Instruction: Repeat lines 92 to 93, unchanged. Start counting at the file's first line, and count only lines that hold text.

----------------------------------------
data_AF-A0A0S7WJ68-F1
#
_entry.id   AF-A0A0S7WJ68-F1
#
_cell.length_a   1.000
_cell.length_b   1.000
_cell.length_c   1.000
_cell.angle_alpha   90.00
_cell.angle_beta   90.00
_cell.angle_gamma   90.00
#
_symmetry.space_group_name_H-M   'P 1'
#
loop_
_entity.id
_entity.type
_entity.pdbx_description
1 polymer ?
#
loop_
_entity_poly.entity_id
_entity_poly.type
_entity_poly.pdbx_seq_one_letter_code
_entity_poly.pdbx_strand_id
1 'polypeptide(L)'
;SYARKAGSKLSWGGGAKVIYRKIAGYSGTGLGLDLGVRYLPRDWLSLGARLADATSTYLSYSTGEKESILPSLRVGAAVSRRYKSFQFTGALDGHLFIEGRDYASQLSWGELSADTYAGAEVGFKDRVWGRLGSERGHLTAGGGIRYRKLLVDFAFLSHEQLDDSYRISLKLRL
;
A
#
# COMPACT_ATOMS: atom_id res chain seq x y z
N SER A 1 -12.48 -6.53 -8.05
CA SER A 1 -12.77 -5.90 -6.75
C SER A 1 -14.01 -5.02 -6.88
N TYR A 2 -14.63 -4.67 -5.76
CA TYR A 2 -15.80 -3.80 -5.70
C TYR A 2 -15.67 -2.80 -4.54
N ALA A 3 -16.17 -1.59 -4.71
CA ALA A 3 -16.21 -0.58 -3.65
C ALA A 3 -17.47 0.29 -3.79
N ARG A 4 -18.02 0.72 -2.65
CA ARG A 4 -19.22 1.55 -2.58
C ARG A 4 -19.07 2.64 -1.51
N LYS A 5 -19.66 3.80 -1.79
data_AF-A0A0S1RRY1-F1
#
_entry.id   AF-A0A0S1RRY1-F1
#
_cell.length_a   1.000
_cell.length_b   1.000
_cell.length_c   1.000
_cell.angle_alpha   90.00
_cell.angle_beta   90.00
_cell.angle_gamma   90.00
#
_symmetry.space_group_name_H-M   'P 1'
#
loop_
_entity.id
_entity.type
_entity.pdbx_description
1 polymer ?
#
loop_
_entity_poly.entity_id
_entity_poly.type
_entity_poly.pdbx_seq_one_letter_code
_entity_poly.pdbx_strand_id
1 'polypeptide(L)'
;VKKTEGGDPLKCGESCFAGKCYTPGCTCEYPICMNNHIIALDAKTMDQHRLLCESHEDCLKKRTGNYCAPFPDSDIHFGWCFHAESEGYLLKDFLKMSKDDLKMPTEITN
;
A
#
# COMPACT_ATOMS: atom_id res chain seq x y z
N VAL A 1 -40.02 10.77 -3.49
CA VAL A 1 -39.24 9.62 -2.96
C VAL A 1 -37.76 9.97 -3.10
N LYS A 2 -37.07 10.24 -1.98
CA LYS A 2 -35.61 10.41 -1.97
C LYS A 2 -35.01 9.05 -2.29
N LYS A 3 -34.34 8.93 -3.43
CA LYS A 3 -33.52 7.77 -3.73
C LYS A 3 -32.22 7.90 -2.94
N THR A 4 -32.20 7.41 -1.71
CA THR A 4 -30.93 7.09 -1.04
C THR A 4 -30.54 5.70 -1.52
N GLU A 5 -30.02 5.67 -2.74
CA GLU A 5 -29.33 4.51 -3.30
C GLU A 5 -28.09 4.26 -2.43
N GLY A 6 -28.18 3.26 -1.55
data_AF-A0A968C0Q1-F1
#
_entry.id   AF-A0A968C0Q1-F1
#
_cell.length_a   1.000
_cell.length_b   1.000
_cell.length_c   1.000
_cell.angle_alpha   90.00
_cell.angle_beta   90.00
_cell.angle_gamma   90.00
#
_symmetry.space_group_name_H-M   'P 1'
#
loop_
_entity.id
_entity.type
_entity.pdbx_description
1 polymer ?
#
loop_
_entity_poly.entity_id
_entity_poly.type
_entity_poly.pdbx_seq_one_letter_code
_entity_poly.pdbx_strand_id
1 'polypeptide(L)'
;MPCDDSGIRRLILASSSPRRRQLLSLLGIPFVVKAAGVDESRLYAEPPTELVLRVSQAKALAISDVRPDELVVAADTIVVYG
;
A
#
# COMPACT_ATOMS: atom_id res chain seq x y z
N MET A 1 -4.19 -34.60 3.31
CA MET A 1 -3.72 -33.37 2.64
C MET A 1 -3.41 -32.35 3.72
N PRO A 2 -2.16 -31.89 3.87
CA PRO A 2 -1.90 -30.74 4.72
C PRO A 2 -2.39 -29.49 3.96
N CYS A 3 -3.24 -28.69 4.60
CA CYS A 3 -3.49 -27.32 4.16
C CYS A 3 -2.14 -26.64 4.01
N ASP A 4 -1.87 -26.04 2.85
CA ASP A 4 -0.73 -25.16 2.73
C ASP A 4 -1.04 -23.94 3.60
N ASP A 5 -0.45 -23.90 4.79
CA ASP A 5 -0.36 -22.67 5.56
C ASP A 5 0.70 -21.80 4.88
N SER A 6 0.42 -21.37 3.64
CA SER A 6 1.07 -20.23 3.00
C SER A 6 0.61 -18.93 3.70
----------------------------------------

_entry.id   AF-A0A968C0Q1-F1
#